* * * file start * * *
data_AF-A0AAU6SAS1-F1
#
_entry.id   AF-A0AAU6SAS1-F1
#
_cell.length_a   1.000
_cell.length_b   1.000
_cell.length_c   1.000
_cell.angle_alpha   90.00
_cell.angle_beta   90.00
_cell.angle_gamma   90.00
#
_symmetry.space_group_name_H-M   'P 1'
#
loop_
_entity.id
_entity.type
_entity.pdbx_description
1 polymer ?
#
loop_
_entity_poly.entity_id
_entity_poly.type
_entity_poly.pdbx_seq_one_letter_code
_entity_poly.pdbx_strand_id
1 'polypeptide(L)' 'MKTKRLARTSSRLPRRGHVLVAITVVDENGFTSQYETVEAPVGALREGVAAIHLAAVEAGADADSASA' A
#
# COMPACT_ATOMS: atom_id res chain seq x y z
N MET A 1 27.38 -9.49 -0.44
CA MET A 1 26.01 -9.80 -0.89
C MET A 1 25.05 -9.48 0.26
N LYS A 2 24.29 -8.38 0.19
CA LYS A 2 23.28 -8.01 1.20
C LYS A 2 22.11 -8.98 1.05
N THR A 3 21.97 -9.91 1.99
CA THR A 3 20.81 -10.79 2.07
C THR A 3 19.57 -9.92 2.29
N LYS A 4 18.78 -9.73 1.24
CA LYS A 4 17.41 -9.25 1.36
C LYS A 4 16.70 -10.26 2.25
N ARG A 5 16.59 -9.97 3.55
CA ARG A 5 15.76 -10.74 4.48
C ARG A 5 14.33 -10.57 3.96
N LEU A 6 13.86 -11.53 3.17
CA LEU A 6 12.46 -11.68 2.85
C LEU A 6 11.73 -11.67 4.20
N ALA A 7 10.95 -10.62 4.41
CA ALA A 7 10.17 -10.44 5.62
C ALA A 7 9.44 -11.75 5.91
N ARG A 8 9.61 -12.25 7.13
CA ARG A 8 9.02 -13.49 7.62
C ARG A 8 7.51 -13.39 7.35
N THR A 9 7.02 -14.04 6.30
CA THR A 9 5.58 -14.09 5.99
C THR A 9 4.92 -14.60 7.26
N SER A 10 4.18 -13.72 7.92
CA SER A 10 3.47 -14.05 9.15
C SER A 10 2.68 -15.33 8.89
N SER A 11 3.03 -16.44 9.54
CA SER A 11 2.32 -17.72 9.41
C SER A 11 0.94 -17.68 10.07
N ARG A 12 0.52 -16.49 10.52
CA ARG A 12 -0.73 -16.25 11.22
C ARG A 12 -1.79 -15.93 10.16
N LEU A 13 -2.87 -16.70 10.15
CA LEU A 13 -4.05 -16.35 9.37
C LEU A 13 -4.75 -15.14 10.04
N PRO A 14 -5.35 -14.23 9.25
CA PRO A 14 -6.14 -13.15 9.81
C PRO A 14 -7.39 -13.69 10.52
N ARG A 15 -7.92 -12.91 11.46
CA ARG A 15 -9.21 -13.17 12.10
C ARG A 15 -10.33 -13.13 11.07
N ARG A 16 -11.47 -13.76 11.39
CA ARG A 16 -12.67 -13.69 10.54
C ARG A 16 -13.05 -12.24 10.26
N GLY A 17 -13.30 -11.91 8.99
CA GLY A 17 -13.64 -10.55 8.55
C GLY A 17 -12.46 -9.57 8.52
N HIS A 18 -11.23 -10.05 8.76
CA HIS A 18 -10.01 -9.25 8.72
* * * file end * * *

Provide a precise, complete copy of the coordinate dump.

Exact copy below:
data_AF-A0AAU6SAS1-F1
#
_entry.id   AF-A0AAU6SAS1-F1
#
_cell.length_a   1.000
_cell.length_b   1.000
_cell.length_c   1.000
_cell.angle_alpha   90.00
_cell.angle_beta   90.00
_cell.angle_gamma   90.00
#
_symmetry.space_group_name_H-M   'P 1'
#
loop_
_entity.id
_entity.type
_entity.pdbx_description
1 polymer ?
#
loop_
_entity_poly.entity_id
_entity_poly.type
_entity_poly.pdbx_seq_one_letter_code
_entity_poly.pdbx_strand_id
1 'polypeptide(L)' 'MKTKRLARTSSRLPRRGHVLVAITVVDENGFTSQYETVEAPVGALREGVAAIHLAAVEAGADADSASA' A
#
# COMPACT_ATOMS: atom_id res chain seq x y z
N MET A 1 27.38 -9.49 -0.44
CA MET A 1 26.01 -9.80 -0.89
C MET A 1 25.05 -9.48 0.26
N LYS A 2 24.29 -8.38 0.19
CA LYS A 2 23.28 -8.01 1.20
C LYS A 2 22.11 -8.98 1.05
N THR A 3 21.97 -9.91 1.99
CA THR A 3 20.81 -10.79 2.07
C THR A 3 19.57 -9.92 2.29
N LYS A 4 18.78 -9.73 1.24
CA LYS A 4 17.41 -9.25 1.36
C LYS A 4 16.70 -10.26 2.25
N ARG A 5 16.59 -9.97 3.55
CA ARG A 5 15.76 -10.74 4.48
C ARG A 5 14.33 -10.57 3.96
N LEU A 6 13.86 -11.53 3.17
CA LEU A 6 12.46 -11.68 2.85
C LEU A 6 11.73 -11.67 4.20
N ALA A 7 10.95 -10.62 4.41
CA ALA A 7 10.17 -10.44 5.62
C ALA A 7 9.44 -11.75 5.91
N ARG A 8 9.61 -12.25 7.13
CA ARG A 8 9.02 -13.49 7.62
C ARG A 8 7.51 -13.39 7.35
N THR A 9 7.02 -14.04 6.30
CA THR A 9 5.58 -14.09 5.99
C THR A 9 4.92 -14.60 7.26
N SER A 10 4.18 -13.72 7.92
CA SER A 10 3.47 -14.05 9.15
C SER A 10 2.68 -15.33 8.89
N SER A 11 3.03 -16.44 9.54
CA SER A 11 2.32 -17.72 9.41
C SER A 11 0.94 -17.68 10.07
N ARG A 12 0.52 -16.49 10.52
CA ARG A 12 -0.73 -16.25 11.22
C ARG A 12 -1.79 -15.93 10.16
N LEU A 13 -2.87 -16.70 10.15
CA LEU A 13 -4.05 -16.35 9.37
C LEU A 13 -4.75 -15.14 10.04
N PRO A 14 -5.35 -14.23 9.25
CA PRO A 14 -6.14 -13.15 9.81
C PRO A 14 -7.39 -13.69 10.52
N ARG A 15 -7.92 -12.91 11.46
CA ARG A 15 -9.21 -13.17 12.10
C ARG A 15 -10.33 -13.13 11.07
N ARG A 16 -11.47 -13.76 11.39
CA ARG A 16 -12.67 -13.69 10.54
C ARG A 16 -13.05 -12.24 10.26
N GLY A 17 -13.30 -11.91 8.99
CA GLY A 17 -13.64 -10.55 8.55
C GLY A 17 -12.46 -9.57 8.52
N HIS A 18 -11.23 -10.05 8.76
CA HIS A 18 -10.01 -9.25 8.72